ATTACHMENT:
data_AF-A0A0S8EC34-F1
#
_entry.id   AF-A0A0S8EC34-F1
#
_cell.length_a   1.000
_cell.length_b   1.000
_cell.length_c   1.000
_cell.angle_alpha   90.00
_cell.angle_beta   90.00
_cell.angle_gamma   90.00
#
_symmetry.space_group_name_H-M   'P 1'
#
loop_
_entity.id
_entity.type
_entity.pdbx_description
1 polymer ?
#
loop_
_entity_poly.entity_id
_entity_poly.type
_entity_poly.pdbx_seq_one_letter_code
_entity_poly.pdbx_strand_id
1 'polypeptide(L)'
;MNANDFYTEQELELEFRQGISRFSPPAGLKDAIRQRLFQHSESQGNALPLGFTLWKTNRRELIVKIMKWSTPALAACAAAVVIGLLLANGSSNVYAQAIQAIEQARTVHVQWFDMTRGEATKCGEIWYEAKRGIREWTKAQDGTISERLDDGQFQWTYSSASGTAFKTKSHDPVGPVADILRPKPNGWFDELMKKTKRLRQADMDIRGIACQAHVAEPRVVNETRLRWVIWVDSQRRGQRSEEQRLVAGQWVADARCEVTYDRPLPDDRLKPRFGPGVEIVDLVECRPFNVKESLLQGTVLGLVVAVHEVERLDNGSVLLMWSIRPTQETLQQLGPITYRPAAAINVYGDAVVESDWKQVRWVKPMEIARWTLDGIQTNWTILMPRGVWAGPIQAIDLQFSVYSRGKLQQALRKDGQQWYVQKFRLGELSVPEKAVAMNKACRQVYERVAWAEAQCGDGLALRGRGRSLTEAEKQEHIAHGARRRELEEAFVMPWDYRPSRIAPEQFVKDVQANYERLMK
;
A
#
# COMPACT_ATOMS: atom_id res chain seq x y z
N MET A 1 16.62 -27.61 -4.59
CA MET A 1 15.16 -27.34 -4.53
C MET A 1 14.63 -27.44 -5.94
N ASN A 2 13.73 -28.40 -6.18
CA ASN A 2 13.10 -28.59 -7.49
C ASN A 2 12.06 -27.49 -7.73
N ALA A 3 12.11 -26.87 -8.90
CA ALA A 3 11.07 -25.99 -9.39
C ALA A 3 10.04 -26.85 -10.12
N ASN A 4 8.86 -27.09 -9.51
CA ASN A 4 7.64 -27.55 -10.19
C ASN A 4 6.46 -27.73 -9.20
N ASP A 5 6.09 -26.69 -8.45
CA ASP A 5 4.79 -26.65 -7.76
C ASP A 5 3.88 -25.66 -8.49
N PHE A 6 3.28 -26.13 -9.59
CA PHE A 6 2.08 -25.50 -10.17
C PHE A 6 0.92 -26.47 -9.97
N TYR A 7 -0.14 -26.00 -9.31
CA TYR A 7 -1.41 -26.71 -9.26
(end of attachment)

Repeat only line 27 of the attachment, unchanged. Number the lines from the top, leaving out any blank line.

;